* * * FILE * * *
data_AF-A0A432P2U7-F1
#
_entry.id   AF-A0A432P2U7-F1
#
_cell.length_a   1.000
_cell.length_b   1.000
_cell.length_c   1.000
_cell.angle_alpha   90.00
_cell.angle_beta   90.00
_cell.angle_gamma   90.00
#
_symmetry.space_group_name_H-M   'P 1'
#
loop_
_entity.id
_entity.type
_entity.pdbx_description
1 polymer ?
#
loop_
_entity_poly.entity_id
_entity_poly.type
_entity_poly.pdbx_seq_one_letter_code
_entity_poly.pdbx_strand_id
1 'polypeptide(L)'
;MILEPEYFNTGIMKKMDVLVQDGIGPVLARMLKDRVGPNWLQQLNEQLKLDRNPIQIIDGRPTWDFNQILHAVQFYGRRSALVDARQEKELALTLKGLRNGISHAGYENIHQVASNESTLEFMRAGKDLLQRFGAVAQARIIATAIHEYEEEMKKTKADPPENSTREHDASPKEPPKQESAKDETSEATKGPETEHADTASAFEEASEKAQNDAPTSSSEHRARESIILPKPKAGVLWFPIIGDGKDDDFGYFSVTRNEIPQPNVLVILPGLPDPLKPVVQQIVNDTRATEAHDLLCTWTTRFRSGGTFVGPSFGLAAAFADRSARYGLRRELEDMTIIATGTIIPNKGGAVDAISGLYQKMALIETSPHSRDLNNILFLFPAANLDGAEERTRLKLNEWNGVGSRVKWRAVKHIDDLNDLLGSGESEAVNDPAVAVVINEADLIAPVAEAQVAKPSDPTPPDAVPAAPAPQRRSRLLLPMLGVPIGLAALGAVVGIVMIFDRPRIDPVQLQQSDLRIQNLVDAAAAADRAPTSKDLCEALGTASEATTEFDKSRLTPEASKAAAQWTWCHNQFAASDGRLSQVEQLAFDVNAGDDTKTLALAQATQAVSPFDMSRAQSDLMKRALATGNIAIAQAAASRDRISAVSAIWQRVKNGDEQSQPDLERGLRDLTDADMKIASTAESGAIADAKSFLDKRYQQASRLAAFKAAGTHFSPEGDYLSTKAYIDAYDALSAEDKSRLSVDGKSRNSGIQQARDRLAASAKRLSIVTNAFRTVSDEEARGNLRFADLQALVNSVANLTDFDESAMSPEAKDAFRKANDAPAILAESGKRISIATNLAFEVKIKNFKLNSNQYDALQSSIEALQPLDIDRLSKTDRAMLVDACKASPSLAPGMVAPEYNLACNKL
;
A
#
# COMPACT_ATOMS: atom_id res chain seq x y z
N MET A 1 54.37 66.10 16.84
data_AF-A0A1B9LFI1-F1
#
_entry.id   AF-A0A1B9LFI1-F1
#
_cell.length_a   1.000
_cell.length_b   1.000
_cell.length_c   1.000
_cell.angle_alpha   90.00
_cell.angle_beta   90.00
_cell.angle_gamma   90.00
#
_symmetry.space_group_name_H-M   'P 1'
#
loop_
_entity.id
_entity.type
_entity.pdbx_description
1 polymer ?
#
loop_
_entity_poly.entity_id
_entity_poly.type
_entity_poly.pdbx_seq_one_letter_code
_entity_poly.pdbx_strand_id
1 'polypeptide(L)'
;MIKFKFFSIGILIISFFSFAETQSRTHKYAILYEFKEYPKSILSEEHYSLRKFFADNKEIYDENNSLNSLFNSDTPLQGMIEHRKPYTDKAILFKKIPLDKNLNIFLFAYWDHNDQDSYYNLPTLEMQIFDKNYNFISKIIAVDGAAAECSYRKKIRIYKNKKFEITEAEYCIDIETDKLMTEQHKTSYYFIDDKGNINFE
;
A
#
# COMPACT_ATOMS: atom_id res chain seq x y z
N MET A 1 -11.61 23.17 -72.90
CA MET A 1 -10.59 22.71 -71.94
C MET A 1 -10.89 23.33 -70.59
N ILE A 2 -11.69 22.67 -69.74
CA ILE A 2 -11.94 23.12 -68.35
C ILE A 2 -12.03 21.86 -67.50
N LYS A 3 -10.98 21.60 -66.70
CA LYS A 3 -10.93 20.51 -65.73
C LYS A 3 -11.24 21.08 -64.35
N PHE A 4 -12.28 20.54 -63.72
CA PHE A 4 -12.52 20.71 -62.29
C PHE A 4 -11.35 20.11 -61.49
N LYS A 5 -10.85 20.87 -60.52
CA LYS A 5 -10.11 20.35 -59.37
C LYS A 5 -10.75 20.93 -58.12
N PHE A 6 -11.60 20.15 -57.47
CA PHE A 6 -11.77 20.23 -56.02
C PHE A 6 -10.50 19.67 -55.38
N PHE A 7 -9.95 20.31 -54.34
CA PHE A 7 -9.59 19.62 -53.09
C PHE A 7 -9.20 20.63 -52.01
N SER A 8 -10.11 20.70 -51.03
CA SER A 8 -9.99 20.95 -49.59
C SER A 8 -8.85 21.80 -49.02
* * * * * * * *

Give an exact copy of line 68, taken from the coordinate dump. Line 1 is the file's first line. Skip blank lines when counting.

N LYS A 3 -10.98 21.60 -66.70